The pergola was reopened on August 17, 2002, costing a total of $3.9 million.[25]Due to repeated vehicle strikes, the city government installed structural poles andbollardsto protect the pergola.[26]The bollards stopped two semi-trucks in 2008 and 2012 and prevented further damage to the structure.[27][28]It was struck twice in 2013 by a semi-truck and a hit-and-run driver who damaged the iron fencing around the structure.[29]Seattle Seahawksfans celebrating the team'sSuper Bowl XLVIIIvictory in February 2014 climbed atop the pergola and broke twenty of the glass roof panes;[30]Seahawks fans and private businesses later raised $25,000 throughcrowdfundingfor repairs to the structure.[31][32]In response, a temporary fence was installed around the pergola ahead of the team's appearance at thefollowing Super Bowlin 2015.[33]

Note: Pioneer Square marks Seattle's original downtown, dating back to 1852. Rebuilt after the devastating "Great Fire" of 1889, the district is characterized by late nineteenth century brick and stone buildings and one of the nation's best surviving collections of Romanesque Revival!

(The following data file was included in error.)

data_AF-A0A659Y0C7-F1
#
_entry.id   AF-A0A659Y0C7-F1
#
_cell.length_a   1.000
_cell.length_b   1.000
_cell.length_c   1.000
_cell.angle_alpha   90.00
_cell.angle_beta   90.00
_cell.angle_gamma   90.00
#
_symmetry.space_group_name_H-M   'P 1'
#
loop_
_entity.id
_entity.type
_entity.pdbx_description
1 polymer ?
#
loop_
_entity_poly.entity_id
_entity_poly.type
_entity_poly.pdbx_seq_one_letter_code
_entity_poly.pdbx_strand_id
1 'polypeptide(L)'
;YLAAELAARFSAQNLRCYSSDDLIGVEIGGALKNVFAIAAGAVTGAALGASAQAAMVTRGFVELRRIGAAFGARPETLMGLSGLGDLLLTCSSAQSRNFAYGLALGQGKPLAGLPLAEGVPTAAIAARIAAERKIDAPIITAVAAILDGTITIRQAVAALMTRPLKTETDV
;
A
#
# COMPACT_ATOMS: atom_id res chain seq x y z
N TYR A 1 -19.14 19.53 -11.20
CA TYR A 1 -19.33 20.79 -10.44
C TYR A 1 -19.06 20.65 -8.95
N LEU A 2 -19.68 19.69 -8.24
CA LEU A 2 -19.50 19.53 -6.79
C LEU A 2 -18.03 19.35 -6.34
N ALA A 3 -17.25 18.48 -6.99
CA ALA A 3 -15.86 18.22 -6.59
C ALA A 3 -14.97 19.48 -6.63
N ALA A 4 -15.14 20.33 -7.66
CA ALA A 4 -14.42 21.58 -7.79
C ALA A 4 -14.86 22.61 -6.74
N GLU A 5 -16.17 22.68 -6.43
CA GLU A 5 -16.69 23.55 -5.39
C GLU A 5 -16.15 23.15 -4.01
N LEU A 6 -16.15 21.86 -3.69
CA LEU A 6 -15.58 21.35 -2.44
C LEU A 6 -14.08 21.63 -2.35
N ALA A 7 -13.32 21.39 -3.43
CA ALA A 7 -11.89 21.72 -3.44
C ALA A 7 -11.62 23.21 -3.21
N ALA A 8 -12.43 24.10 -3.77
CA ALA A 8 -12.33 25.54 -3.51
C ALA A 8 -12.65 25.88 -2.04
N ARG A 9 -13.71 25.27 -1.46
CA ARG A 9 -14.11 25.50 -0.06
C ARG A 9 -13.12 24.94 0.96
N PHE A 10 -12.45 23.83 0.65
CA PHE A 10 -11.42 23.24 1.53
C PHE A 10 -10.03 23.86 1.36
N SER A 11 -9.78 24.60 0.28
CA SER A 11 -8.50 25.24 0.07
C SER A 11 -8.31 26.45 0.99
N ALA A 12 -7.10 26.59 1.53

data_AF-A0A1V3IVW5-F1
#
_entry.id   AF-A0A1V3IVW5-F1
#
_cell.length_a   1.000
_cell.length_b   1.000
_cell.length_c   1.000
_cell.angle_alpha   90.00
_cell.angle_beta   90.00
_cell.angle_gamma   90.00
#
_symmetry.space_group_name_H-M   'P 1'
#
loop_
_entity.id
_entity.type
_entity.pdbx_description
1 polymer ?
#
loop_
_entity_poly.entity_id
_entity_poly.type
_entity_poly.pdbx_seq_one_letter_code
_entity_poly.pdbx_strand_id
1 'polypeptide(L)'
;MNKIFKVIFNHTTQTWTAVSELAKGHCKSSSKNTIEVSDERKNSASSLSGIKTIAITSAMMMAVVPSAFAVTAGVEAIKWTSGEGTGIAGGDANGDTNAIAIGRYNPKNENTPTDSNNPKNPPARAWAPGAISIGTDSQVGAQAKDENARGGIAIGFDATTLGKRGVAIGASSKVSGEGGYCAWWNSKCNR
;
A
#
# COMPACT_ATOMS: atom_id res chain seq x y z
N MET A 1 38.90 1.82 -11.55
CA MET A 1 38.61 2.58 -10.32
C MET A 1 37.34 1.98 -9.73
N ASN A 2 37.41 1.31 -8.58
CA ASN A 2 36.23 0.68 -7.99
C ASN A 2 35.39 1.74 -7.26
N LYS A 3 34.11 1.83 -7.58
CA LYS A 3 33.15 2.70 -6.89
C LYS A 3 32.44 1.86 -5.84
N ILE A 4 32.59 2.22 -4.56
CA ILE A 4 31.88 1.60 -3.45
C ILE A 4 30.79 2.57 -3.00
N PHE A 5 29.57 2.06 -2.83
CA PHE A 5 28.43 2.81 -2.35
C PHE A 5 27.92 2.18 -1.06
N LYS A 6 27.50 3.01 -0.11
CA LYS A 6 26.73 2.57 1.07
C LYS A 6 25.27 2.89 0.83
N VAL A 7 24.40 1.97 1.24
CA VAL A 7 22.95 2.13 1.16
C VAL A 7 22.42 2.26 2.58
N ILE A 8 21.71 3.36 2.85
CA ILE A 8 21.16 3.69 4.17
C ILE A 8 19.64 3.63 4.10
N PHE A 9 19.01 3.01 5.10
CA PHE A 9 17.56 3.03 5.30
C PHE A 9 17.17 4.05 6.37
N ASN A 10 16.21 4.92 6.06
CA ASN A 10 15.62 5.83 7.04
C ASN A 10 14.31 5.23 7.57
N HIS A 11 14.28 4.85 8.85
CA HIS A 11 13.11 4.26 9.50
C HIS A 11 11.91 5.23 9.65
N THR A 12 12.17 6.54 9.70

ThePioneer Buildingis aRichardsonian Romanesquestone, red brick,terra cotta, andcast ironbuilding located on the northeast corner of First Avenue and James Street, inSeattle'sPioneer SquareDistrict. Completed in 1892, the Pioneer Building was designed by architectElmer Fisher, who designed several of the historic district's new buildings following theGreat Seattle Fireof 1889.

Pioneer BuildingLocation within downtown SeattleRecord heightTallest inSeattleandWashington statefrom 1892 to 1904[I]Surpassed byAlaska BuildingGeneral informationTypeCommercial officesLocation600 First AvenuePioneer Square,Seattle, CoworkingManagementNovel CoworkingHeightRoof28.04m (92.0ft)Technical detailsFloor count6Design and constructionArchitectElmer H. Fisher